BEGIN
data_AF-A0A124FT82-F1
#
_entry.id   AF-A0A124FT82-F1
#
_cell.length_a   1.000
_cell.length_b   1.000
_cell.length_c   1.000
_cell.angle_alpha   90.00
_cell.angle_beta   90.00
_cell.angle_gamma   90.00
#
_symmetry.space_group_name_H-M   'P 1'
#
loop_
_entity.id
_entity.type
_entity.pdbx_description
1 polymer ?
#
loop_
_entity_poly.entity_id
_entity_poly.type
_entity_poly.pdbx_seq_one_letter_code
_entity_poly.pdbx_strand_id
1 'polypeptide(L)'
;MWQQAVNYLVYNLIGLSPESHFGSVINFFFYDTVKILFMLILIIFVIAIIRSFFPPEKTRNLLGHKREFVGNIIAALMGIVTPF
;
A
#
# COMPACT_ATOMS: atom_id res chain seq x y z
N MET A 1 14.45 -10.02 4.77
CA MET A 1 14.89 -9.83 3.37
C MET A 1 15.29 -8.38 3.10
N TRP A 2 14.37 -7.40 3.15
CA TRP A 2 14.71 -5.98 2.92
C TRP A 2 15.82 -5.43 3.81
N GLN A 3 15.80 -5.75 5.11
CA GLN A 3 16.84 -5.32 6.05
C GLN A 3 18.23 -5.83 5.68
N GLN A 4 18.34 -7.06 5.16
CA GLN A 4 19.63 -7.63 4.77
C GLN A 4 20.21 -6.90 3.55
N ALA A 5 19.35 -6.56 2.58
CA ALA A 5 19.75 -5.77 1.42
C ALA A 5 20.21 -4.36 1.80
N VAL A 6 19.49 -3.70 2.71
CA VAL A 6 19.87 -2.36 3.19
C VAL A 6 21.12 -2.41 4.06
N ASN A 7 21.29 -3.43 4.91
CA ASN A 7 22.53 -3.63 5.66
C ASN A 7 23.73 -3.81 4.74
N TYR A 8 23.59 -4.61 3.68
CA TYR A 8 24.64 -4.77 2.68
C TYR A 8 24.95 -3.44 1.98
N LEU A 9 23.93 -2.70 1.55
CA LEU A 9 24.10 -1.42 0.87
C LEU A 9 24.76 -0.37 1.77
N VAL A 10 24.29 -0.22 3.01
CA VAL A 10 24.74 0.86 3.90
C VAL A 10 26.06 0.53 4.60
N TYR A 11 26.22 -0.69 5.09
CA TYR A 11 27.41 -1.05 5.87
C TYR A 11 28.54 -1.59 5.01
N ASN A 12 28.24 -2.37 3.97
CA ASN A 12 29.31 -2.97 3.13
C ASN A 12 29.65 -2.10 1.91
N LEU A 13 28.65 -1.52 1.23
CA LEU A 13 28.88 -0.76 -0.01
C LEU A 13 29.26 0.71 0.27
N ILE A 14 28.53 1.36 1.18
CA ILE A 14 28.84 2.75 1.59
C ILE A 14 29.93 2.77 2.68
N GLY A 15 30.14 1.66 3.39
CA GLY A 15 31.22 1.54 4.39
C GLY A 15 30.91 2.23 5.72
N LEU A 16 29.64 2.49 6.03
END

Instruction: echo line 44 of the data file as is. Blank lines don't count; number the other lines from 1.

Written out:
CA ALA A 5 19.75 -5.77 1.42